How To Be A Good Patron At A Strip Club For $50 Or Less
Q: One of my friends recently started dancing at the local strip club and asked me to come out and see and support her with tips and a friendly face. I really want to! I just don’t have a ton of money and don’t want to waste anyone’s time. Are there things I can do to ensure I’m not a time waster but can still come support my friend? I have like $50 to spend, only.
A: This is a great question! With the recent Hollywood film “Hustlers” providing a glamorized look at some types of sex work and stripping there are undoubtedly many folks of different genders who are venturing into strip clubs for the first time, whether it’s to work or watch.
Strip clubs vary all over the country and even venues in the same city can differ widely on cost and conduct. Look online or call the venue to ask what their entry fees are, and expect your alcoholic drink to be similar or more expensive than a “regular bar”. Strip clubs are not regular bars, they are a luxury that not everyone can afford. Watching women dance naked without tipping them IS exploitation. So don’t go if you can’t afford to support the workers and carry your own weight in cash.
Do not use their birth/legal/government name in the club, unless they request it. Use their stage name. Any person who claims friendship with an adult entertainer but uses their non-sworking name is not an ally.
Cheering is also not supporting the worker, so don’t think that hooting and hollering replaces a tip, it doesn’t. Workers don’t pay their rent in applause or compliments, and management doesn’t care how many times we were told “you’re pretty/hot/sexy”per shift; we have to fork over fees, so cash is validation more than anything else.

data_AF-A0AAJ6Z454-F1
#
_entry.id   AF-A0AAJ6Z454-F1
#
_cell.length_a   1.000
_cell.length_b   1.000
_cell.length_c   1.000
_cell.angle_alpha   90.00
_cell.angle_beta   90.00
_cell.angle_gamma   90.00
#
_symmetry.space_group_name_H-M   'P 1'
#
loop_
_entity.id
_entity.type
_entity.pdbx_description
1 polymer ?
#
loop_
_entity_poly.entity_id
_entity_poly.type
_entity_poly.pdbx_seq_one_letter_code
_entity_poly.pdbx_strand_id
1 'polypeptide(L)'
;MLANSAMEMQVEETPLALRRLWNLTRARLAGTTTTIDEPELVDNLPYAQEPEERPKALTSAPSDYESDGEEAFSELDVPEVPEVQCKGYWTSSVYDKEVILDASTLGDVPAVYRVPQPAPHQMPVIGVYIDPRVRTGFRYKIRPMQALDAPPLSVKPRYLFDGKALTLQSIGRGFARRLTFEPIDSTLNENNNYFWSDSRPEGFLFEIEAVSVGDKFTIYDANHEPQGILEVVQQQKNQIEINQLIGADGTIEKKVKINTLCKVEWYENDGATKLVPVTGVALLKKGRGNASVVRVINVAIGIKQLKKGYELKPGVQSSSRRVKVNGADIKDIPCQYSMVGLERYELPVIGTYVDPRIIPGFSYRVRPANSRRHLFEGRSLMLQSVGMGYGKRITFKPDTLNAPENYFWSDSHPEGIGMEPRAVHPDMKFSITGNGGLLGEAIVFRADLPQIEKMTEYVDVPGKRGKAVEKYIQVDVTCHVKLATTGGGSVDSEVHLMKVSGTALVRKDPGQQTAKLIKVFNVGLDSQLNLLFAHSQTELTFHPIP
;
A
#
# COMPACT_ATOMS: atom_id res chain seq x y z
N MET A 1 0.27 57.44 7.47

$50 admittedly isn’t a lot, and that’s not your fault that most jobs don’t pay fair living wages in 2019. But $50 is probably enough to get in, get a beverage and throw what’s left on your friend’s stage when they are dancing, or tip them after if their locale doesn’t allow tipping during their stage set.
It can be tricky to plan your visit if the venue hosts dozens of dancers and your friend might not be in rotation to go on the stage in the time you can afford to be there: ask your friend how often they dance. If it’s every 15 minutes, you’ll see their set if you’re paying attention. If they don’t go on stage very often, you can tip them for talking for a few minutes, which increases their confidence in asking other customers to compensate them for their time. You can ask your friend for a private dance if you’re both comfortable. Some lap dances cost $10, some cost $45 or more, ask before you visit.
If you don’t want a lap dance or if you miss their stage set, you can help pay their stage fee. The majority of strip clubs charge their dancers fees to work, and often take percentages of their tips, sometimes very hefty ones. (At Deja Vu-owned clubs in California where strippers are now employees, the venue takes the first $150 they earn, in many cases.)
Strippers are highly stigmatized entertainers and companions who pay to work; if you truly want to support your friend, you can offer them some kind of monetary support and a friendly face who respects their boundaries, even if that’s just a few bucks and for a few minutes. Modeling good client behavior improves the likelihood that more folks will act respectfully.
If you’re approached by other strippers (and there’s a good chance you will be, because it’s our job to offer companionship in exchange for tips) it’s best if you say simply, “Thank you for coming over but I’m actually waiting for another dancer.” I love when customers tell me this because I don’t waste my time or theirs.
If the club is reviewed online and your friend is okay with it, ask if you can leave a positive review of them online so that other folks can find them. Due to harsh legislation called FOSTA/SESTA that criminalizes sex workers, it has become more difficult for strippers to advertise their services online, so reviews can be very helpful! Just confirm that you aren’t ‘outing’ your friend if they don’t want to be described or listed online at all.
Originally published on ConfluenceDaily.com